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Occasional ramblings by an anesthesiologist/mother (and sometimes her husband).

Friday, November 23, 2007

Random Musings on G.I. Joe

The 80s were truly a great time for cartoons. Many of the cartoons which achieved greatness then were redone and re-imagined in the 90s with predictably disastrous results. For a decade it was nearly impossible to find the originals.

Now, a dual resurgence has occurred. First, many of the originals have been released on DVD. Unfortunately, Rhino, the company which had been publishing them, lost the rights to Transformers & G.I. Joe; Sony, which picked them up, has been derelict in re-selling them. As of now, you can still find them on Amazon if you're willing to pay out the wazoo.

Next has been a Hollywood resurgence. Hollywood has been pretty much bereft of new ideas for a while, relying on sequels, remakes, and adaptations of books, comic books, plays, etc. Now, as those of us who grew up in the 80s have families and money, they're trying to get us back to the theater.

Transformers was an unqualified success. With the exception of their underuse of "the sound:"

They pretty much got everything right.

G.I. Joe, however, is at risk of being mutilated. What follows are some random musings on the history and future as I sit here watching the 1986 G.I. Joe movie.

• Why do laser rifles expel shell casings?

• Why does Sgt. Slaughter bear an uncanny resemblance to "Weird Al" Yankovic?

• Who was hotter: Scarlett or Lady Jaye?

• What the fork was up with Serpentor? "Let's order a pizza. THIS I COMMAND!"

• Burgess Meredith as the villain? How cool is that!

• Are they gonna do it right and just get Alice Cooper to play Zartan in the live action flick?

• Okay, so it looks like they at least aren't dumb enough to actually base G.I. Joe in Brussels, the bureaucratic uselessness capital of the universe. Are they going to come to their senses, however, and realize what made G.I. Joe so popular?

Michael Bay figured it out. Transformers and G.I. Joe the TV shows would never have been as beloved without the unapologetic heroicness of the heroes. There was no attempt at making the villains "misunderstood" or "victims." The villains want to control everything and don't care how many people they have to kill in order to do it. In fact, they prefer to kill more people when given the choice.*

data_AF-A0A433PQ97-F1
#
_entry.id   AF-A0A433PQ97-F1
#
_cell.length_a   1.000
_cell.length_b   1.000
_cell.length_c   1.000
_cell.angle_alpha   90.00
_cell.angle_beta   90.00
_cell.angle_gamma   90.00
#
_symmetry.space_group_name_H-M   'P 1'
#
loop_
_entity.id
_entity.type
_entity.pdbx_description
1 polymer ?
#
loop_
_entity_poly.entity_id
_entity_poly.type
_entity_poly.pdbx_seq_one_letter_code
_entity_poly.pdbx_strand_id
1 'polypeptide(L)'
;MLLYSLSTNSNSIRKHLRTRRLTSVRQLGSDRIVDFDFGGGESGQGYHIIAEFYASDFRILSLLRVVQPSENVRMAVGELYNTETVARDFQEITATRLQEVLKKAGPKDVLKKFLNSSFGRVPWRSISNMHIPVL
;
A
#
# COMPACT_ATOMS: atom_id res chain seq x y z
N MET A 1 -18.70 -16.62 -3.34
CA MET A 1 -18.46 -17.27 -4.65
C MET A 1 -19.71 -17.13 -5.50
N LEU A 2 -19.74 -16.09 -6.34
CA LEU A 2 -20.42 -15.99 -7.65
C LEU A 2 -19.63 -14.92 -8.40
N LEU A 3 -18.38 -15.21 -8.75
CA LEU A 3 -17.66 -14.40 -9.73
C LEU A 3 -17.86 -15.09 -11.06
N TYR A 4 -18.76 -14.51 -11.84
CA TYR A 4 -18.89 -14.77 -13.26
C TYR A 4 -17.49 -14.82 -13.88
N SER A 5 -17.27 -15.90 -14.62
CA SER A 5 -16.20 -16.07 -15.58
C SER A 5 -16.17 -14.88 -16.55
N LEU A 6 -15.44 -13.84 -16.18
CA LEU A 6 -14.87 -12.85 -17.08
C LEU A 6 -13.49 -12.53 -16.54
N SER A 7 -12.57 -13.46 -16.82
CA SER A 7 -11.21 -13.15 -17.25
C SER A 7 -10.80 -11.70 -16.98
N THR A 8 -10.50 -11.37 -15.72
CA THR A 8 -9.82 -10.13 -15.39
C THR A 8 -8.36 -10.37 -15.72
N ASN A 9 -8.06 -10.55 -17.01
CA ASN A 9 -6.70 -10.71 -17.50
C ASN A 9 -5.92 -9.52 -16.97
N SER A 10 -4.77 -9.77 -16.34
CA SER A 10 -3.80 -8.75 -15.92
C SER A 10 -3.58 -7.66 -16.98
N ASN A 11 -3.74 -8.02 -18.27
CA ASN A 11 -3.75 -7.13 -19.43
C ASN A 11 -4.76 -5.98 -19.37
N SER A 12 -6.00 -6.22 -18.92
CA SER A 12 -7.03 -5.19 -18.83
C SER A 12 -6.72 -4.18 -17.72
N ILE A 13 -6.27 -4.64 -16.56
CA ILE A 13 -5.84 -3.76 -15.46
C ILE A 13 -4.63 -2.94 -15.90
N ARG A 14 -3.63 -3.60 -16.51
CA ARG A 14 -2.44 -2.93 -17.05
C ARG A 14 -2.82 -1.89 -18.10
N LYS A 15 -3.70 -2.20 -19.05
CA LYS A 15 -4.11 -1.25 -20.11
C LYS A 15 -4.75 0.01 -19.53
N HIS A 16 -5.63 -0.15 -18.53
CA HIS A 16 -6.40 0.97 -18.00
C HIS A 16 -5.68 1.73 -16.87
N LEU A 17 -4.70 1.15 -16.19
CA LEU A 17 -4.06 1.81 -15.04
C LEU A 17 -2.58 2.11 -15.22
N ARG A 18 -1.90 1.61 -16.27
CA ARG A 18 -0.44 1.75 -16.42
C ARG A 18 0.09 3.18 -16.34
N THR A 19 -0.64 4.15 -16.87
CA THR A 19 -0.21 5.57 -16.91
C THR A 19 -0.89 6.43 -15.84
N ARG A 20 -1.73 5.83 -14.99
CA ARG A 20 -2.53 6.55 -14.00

Heroes place themselves between bad guys and innocents. Bad guys place the innocents between themselves and the good guys so that they can point to civilian casualties as "proof" of how bad the good guys are. The fact that there are so many these days who fail to see the distinction between these two is pathetic. People who cry "torture" on someone who panties on another person's head (and was duly punished for it) but turns a blind eye to people being put feet first through a shredder is truly clueless.**

The soldiers in Transformers were unapologetically heroic. So it was in the G.I. Joe cartoon series. Unapologetically heroic and unapologetically American.

Let's get one thing straight. There isn't a society on this planet that doesn't have dark eras in their history. Many groups who complain about brutality done unto them forget the brutality they committed upon others in the past.*** That's no reason to not be proud of yourself and your nation.

Transformers succeeded because it was apolitical and heroic. It had the same view of heroism that was displayed so wonderfully in "Live Free or Die Hard": heroes don't sign up to be heroes. They know what has to be done and that they have to do it because nobody else is around to do it.

G.I. Joe was a Real American Hero. Not a Real International Hero. G.I. Joe didn't take time to "celebrate diversity." G.I. Joe just had diverse people who were all on the same team. Everybody remembered where they came from let their friends enjoy the benefits - from the ninja Storm Shadow, to the Indian Stereotype Spirit, to the cajun Gung-Ho. They embodied the classic archetype of America - call yourself American, learn our language, teach us to make your food, and we will all be greater than the sum of our parts.



Bottom line: Movies and Cartoons are for entertainment. Optimism plays much better at the box office than pessimism for one simple reason. We spend every day being confronted with what we've done wrong. We spend every day dealing with the complex consequences of our missteps. When it's time to relax, we need to recharge. We need to remember what we've done right. We need to know that it's all gonna be alright in the end. We need to know that although only Christ could conquer death, that we can beat it back when it tries to take over.

We need to take time to feel good about ourselves because of what we have accomplished. We'll go back to work on fixing our problems Monday. For now, let's take the weekend to relax.

And hope maybe they'll at least get Voltron right.



*Helen's speech to her children about the true nature of the people they are fighting in the Incredibles is perhaps the single best explanation of this that has ever been given. [back]


**It should be noted that the Abu Ghraib scandal only hit the media when the DOD announced indictments on those responsible.[back]

***This amnesia tends to be especially prevalent on days like yesterday.[back]

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